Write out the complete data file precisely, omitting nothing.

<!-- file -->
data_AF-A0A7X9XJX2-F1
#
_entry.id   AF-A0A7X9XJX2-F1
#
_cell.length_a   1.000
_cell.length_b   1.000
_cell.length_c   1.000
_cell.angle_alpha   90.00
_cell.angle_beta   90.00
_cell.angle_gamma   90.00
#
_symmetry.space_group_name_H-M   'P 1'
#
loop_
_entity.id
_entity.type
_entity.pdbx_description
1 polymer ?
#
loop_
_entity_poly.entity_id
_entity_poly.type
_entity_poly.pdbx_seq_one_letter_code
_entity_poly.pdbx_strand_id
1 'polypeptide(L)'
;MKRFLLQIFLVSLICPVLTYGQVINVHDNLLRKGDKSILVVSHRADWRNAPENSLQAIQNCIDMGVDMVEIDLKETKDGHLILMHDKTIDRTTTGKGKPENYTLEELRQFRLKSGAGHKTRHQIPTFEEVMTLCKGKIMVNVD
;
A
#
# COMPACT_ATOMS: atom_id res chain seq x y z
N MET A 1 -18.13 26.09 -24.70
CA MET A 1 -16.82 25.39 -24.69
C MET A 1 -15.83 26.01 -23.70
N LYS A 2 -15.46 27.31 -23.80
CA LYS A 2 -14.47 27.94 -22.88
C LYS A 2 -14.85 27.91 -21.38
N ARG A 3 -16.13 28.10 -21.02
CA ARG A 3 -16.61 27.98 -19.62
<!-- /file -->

data_AF-A0A7X9XJX2-F1
#
_entry.id   AF-A0A7X9XJX2-F1
#
_cell.length_a   1.000
_cell.length_b   1.000
_cell.length_c   1.000
_cell.angle_alpha   90.00
_cell.angle_beta   90.00
_cell.angle_gamma   90.00
#
_symmetry.space_group_name_H-M   'P 1'
#
loop_
_entity.id
_entity.type
_entity.pdbx_description
1 polymer ?
#
loop_
_entity_poly.entity_id
_entity_poly.type
_entity_poly.pdbx_seq_one_letter_code
_entity_poly.pdbx_strand_id
1 'polypeptide(L)'
;MKRFLLQIFLVSLICPVLTYGQVINVHDNLLRKGDKSILVVSHRADWRNAPENSLQAIQNCIDMGVDMVEIDLKETKDGHLILMHDKTIDRTTTGKGKPENYTLEELRQFRLKSGAGHKTRHQIPTFEEVMTLCKGKIMVNVD
;
A
#
# COMPACT_ATOMS: atom_id res chain seq x y z
N MET A 1 -18.13 26.09 -24.70
CA MET A 1 -16.82 25.39 -24.69
C MET A 1 -15.83 26.01 -23.70
N LYS A 2 -15.46 27.31 -23.80
CA LYS A 2 -14.47 27.94 -22.88
C LYS A 2 -14.85 27.91 -21.38
N ARG A 3 -16.13 28.10 -21.02
CA ARG A 3 -16.61 27.98 -19.62